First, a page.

transmute

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Related to transmutability: undeterred, stirred up

transmute (something) from (something)

To change or transform the state, form, nature, character, or substance of something into a different state, form, etc. The alchemist claimed to be able to transmute gemstones from glass. Our company aims to help struggling businesses transmute successful products and strategies from their ideas.
See also: transmute

transmute (something) into (something)

To change or transform the state, form, nature, character, or substance (of something) into a different state, form, etc. The alchemist claimed to be able to transmute glass into gemstones. Our company aims to help struggling businesses transmute their ideas into successful products and strategies. The artist transmutes her pain and anger into breathtaking art.
See also: transmute

transmute (something) to (something)

To change or transform the state, form, nature, character, or substance of something into a different state, form, etc. The alchemist claimed to be able to transmute glass to gemstones. Our company aims to help struggling businesses transmute their ideas to successful products and strategies.
See also: transmute
Farlex Dictionary of Idioms. © 2015 Farlex, Inc, all rights reserved.

transmute something (from something) (to something)

 and transmute something (from something) (into something)
to change something from one thing into another. Do you believe that it is possible to transmute gold into lead? No, you cannot transmute one metal into another.
McGraw-Hill Dictionary of American Idioms and Phrasal Verbs. © 2002 by The McGraw-Hill Companies, Inc.
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References in periodicals archive ?
If nothing else, the indisputable fact that these three quatrain types are readily convertible into one another should dispel any notion that one variety is more difficult to compose than another; rather, their mutual transmutability suggests that these three cases (along with a few others not mentioned) are simply different aspects of the same basic rhyme/palindromicity structure.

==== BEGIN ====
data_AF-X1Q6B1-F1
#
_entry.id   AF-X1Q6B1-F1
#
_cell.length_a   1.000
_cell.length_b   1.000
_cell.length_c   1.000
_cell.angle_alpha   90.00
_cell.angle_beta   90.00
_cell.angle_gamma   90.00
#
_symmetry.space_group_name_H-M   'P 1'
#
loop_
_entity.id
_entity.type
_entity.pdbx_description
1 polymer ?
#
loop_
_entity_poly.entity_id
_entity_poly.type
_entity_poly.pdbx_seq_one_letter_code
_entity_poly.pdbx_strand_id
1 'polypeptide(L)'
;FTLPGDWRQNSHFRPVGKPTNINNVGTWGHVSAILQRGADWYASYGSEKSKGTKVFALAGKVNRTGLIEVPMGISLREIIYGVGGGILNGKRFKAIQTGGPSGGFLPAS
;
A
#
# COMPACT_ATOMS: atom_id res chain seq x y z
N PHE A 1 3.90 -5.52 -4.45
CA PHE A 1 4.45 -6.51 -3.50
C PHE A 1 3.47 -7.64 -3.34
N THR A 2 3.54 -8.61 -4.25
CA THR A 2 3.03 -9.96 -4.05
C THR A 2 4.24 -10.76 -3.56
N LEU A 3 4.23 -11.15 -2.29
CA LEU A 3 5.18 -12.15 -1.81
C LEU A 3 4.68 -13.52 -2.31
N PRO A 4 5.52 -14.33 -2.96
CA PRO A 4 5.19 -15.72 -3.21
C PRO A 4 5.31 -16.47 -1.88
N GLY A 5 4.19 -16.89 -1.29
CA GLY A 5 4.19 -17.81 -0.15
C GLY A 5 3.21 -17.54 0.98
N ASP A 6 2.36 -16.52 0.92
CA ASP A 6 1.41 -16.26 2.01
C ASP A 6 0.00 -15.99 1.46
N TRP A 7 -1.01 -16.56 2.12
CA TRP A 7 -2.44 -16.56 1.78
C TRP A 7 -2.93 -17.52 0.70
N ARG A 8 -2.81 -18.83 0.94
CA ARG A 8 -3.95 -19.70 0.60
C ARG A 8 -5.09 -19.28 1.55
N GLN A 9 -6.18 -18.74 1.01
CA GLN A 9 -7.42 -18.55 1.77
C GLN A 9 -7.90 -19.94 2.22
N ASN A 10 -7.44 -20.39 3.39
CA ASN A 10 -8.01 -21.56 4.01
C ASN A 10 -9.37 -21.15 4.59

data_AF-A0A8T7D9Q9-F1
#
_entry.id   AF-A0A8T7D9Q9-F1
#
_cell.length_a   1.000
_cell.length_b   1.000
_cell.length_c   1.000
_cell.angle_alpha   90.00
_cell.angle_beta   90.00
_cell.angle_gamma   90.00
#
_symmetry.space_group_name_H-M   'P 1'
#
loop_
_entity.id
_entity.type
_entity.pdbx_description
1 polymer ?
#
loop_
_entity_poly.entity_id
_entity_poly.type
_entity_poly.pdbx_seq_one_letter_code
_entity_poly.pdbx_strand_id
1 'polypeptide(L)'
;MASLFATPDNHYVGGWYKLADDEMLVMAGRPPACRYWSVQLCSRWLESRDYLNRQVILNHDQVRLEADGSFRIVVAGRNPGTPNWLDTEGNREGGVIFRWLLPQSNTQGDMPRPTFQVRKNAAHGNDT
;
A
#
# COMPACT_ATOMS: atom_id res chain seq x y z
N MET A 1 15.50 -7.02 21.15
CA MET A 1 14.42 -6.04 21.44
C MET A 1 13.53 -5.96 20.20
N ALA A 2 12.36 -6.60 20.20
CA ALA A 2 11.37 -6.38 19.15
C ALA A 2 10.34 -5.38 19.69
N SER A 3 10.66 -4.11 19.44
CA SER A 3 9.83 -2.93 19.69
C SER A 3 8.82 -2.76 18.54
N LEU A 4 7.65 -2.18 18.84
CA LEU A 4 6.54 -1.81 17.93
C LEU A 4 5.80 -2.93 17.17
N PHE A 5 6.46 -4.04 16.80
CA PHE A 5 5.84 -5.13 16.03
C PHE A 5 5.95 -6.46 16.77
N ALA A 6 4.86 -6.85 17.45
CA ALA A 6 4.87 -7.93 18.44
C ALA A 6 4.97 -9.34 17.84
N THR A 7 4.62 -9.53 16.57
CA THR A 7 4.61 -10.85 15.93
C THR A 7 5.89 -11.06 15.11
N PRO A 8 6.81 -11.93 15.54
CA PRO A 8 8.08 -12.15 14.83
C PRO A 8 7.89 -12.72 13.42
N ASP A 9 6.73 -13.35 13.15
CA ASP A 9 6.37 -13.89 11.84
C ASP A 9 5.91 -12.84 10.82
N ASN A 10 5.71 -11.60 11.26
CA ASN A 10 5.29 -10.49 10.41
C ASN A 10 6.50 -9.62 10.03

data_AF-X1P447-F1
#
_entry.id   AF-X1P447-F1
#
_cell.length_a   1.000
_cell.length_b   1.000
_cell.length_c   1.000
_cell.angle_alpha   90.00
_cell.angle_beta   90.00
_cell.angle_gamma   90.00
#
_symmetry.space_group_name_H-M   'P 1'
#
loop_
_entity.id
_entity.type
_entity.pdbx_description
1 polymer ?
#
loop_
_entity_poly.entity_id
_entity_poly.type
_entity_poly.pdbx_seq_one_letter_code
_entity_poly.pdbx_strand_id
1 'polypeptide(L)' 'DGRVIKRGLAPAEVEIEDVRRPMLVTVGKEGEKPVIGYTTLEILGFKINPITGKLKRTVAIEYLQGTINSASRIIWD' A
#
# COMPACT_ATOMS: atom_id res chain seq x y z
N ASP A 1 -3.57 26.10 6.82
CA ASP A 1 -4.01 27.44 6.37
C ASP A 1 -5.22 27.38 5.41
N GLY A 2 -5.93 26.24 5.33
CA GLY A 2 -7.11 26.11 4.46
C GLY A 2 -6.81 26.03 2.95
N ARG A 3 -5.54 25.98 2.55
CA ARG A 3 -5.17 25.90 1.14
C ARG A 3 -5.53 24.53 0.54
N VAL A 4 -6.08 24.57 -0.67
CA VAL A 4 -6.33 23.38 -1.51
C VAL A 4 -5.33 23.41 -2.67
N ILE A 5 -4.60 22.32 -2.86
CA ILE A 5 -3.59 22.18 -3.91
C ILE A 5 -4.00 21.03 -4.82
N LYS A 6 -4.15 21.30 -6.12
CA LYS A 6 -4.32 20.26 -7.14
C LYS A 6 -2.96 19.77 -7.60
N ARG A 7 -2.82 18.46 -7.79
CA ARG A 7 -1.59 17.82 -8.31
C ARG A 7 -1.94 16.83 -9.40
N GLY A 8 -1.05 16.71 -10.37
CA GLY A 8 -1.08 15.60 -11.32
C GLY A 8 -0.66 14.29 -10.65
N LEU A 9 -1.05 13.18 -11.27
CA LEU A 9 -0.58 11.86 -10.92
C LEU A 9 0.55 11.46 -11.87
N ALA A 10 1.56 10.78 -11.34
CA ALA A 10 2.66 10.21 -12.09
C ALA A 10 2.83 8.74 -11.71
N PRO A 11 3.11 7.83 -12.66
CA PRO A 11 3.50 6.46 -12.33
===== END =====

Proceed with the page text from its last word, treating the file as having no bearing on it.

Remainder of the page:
This synthesis of structural devices, in which Thomson manipulates light and water imagery, can be seen as a development of what Cohen describes as Thomson's agreement with Boyle's theory of the transmutability of the four elements (104).
(19) By the time of the French Revolution, Jean-Baptiste Lamarck, a disciple of Buffon's, who became a major figure in post-Revolutionary natural history, echoes the argument that humans' vision of time and consequently of the true processes of Nature through time are conditioned by the "brevity of the existence of individuals of the human species." (20) Lamarck, whose theory of transmutability of species necessitated great expanses of time, was quite harsh towards contemporaries whom he accused of having small minds because they could not accept a past greater than six thousand years.
This corporeal transmutability provides an important condition for the critical, and as we shall later see even philosophical potential of film violence.
Closely allied in the eighteenth-century imagination to the notion of stone quickened by the force of the sculptor's passion were philosophic theories about the transmutability of matter.